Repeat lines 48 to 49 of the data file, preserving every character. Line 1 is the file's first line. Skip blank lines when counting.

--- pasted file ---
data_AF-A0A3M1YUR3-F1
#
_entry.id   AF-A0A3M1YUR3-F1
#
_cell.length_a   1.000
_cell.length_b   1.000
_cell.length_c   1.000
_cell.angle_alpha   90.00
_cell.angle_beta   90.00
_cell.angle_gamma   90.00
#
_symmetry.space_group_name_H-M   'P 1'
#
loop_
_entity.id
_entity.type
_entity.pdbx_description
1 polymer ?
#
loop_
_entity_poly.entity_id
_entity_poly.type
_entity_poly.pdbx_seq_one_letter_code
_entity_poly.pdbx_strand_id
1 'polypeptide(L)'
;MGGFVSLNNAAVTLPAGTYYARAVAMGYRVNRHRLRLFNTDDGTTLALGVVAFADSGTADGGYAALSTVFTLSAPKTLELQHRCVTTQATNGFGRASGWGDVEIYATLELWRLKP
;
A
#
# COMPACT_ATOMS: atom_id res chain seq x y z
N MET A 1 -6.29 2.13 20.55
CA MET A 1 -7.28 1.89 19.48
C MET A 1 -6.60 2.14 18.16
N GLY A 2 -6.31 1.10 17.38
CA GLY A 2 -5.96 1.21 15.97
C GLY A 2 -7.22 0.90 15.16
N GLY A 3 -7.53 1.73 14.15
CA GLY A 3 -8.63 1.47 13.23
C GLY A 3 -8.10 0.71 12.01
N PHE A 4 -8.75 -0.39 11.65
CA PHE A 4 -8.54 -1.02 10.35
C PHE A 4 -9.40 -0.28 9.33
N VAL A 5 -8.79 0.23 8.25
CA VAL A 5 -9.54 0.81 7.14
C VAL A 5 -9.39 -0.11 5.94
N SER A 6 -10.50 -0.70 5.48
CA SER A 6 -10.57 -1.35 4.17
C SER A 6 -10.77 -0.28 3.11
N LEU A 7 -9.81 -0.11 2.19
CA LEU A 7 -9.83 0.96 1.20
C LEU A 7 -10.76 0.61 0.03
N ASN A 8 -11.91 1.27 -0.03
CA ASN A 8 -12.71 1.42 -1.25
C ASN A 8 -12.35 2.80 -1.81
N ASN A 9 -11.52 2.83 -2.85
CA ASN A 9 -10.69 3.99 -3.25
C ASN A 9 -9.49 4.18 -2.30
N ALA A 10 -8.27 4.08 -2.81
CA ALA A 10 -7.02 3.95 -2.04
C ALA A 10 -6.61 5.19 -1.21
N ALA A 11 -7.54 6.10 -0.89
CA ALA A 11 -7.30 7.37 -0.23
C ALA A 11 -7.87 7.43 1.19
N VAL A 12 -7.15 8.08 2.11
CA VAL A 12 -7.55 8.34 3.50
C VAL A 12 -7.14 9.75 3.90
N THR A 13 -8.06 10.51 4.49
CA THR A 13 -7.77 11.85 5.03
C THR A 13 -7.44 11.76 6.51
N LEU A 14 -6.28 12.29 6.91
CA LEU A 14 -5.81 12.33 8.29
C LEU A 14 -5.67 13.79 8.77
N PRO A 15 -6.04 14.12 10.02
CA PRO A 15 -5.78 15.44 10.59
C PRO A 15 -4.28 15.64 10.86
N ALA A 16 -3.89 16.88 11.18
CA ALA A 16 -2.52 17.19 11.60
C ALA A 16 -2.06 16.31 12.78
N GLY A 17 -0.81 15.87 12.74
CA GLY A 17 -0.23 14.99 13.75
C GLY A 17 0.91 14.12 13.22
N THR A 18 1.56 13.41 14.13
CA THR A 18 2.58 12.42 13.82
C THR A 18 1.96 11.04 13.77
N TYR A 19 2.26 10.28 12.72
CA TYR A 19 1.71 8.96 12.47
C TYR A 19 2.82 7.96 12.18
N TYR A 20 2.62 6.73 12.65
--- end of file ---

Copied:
C SER A 6 -10.77 -0.28 3.11
N LEU A 7 -9.81 -0.11 2.19